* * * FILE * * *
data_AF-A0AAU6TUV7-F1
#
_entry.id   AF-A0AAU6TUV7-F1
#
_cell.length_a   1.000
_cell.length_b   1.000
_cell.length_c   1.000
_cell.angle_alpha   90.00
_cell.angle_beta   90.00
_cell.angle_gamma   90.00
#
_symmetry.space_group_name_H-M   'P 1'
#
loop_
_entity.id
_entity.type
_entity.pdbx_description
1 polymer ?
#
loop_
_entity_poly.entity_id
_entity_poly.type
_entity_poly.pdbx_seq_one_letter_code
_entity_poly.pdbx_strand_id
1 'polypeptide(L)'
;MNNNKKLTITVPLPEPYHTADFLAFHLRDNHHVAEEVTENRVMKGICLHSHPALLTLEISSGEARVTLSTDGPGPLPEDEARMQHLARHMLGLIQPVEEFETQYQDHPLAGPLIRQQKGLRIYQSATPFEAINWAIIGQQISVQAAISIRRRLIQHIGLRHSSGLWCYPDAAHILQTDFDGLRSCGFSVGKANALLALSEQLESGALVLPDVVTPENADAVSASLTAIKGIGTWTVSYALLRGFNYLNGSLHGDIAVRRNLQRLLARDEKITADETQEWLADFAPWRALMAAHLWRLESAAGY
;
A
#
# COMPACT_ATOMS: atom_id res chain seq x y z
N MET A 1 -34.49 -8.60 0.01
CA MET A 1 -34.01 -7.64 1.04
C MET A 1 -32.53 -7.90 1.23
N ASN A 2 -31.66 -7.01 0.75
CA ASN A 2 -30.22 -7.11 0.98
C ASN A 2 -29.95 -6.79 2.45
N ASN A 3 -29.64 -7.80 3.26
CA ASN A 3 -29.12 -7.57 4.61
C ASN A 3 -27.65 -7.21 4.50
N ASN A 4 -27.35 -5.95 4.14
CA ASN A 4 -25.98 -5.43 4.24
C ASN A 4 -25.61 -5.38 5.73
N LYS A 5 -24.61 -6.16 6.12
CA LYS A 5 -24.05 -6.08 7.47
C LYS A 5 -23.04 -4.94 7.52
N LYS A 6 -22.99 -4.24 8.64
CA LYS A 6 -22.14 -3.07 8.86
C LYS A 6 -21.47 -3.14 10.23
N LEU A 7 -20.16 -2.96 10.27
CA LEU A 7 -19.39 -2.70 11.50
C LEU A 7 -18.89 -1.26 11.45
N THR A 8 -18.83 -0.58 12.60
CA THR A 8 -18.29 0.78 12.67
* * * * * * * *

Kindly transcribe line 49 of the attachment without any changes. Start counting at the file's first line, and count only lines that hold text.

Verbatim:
N LEU A 7 -20.16 -2.96 10.27